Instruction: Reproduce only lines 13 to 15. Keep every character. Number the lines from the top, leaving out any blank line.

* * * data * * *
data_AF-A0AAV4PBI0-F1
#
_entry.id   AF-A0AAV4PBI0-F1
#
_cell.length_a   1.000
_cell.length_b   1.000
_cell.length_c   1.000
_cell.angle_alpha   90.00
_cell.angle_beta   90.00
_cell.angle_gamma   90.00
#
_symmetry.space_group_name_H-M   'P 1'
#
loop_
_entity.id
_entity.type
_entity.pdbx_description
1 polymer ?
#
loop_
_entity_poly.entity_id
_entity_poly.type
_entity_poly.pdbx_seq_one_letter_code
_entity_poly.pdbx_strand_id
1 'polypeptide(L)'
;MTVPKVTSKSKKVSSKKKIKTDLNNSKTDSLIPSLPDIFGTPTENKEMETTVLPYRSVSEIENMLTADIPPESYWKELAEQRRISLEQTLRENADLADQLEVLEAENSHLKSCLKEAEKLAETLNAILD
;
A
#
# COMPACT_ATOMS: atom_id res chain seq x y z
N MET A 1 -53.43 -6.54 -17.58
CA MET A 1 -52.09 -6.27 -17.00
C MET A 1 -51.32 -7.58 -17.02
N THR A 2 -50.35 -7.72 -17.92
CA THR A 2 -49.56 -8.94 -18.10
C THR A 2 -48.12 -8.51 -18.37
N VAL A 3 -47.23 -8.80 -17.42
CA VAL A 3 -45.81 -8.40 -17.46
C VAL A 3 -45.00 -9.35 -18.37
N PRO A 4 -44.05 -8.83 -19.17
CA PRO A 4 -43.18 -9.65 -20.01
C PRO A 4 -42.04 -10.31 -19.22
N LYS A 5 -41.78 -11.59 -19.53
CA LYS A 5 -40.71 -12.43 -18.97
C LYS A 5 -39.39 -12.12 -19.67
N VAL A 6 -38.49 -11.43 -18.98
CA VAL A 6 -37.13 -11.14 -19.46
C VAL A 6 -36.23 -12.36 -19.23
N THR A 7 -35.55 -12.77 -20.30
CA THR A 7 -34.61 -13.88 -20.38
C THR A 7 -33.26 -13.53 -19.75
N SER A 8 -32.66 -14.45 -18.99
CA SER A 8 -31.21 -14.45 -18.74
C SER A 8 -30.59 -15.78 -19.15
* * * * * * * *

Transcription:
#
loop_
_entity.id